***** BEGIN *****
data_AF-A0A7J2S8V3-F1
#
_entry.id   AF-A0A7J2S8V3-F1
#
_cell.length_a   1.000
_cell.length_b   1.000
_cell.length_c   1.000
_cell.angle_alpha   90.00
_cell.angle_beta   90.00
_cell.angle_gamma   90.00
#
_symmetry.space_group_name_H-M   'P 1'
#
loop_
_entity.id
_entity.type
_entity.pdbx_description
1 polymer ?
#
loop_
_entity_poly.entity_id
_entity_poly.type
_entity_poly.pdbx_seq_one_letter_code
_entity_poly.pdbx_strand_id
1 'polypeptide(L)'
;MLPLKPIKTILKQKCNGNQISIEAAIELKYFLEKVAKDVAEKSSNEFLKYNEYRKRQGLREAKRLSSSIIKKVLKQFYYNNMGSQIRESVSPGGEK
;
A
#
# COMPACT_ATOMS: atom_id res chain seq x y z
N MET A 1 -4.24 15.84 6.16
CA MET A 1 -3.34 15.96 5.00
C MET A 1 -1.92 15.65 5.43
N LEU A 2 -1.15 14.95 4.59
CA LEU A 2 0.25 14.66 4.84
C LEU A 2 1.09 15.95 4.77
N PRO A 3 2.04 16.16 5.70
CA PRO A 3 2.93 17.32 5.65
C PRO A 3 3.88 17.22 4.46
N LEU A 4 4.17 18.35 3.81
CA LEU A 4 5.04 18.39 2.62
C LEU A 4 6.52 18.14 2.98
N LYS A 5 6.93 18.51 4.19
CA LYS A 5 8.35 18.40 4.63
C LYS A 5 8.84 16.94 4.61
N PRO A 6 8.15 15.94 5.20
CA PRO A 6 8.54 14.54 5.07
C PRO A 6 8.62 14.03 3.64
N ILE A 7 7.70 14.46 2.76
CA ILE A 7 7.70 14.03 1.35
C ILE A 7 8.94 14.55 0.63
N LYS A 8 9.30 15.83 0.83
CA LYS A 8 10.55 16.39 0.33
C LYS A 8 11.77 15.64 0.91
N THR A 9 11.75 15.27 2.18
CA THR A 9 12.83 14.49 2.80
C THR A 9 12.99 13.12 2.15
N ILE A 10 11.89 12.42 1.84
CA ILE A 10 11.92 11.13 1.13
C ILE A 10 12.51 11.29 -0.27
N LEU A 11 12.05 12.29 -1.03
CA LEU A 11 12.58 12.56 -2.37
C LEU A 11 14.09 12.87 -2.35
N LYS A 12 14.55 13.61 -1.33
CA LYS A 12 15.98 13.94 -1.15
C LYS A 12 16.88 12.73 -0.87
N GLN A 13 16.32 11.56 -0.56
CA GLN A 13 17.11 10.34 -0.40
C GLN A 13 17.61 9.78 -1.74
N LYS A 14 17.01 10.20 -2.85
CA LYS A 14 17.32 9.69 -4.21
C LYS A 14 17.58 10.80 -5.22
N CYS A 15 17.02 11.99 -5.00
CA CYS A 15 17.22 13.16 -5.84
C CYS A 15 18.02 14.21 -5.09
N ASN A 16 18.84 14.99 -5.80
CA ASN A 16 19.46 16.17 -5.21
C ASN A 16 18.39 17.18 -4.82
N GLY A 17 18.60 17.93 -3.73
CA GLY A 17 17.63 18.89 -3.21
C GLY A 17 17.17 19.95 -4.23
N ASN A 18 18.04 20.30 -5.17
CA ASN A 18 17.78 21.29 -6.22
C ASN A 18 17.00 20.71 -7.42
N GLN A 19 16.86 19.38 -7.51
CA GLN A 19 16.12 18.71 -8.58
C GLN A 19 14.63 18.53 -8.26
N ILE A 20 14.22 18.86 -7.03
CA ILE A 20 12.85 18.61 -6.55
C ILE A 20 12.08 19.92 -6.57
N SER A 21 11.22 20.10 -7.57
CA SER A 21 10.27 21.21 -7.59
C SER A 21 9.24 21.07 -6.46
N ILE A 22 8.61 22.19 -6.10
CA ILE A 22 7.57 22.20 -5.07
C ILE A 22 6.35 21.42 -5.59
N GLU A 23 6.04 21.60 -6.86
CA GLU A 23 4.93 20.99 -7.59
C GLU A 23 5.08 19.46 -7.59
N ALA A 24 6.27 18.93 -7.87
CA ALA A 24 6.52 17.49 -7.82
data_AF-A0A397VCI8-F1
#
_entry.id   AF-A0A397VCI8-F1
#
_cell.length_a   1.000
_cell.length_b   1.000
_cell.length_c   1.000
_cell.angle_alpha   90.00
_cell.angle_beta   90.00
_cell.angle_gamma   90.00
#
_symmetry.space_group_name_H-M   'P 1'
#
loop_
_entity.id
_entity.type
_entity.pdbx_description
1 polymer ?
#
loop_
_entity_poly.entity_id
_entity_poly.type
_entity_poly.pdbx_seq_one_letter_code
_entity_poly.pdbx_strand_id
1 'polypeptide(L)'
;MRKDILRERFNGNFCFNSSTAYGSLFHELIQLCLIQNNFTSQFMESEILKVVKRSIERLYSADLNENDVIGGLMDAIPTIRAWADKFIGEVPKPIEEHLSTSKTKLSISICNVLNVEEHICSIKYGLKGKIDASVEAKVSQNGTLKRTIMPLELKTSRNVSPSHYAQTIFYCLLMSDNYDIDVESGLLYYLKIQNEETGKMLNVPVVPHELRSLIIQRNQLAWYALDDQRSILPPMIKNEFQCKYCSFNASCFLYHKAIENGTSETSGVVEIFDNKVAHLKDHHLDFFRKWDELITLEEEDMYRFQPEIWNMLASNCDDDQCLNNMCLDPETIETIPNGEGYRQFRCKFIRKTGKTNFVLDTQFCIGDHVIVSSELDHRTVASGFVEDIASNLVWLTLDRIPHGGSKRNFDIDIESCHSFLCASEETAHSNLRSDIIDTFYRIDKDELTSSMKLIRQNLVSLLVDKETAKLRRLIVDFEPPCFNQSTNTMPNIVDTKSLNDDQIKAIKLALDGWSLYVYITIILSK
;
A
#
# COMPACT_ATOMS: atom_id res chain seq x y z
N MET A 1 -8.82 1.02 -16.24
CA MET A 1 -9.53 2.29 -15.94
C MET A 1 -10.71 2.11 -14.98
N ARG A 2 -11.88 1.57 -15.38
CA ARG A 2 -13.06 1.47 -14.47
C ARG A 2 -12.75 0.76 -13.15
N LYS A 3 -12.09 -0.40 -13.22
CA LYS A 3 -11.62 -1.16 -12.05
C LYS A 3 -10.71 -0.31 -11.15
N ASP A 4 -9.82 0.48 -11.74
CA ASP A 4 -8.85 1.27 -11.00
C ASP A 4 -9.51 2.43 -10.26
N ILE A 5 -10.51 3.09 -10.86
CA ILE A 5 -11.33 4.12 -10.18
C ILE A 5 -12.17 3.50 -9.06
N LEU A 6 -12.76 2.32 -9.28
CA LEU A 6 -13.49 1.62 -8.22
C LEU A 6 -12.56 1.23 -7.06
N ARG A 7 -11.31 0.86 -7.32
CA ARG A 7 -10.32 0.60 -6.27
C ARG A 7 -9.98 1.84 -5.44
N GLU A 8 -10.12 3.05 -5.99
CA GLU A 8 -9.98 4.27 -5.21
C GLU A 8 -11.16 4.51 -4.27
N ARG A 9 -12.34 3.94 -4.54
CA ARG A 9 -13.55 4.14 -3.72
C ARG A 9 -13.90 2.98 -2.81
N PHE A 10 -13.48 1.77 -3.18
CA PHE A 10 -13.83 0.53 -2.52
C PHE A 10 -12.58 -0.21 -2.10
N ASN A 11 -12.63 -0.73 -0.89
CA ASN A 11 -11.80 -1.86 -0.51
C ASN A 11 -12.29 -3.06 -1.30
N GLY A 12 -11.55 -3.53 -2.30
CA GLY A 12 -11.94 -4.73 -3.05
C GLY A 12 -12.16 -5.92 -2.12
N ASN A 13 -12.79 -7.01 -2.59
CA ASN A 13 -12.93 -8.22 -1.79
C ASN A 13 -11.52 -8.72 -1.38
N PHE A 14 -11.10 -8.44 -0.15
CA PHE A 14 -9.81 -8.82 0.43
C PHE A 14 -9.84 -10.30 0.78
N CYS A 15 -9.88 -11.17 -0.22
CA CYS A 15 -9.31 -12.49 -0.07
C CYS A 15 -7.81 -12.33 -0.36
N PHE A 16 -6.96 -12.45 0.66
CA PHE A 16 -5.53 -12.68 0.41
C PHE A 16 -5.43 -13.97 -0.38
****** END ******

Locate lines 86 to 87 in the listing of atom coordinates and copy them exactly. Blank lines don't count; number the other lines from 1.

CA GLN A 19 16.12 18.71 -8.58
C GLN A 19 14.63 18.53 -8.26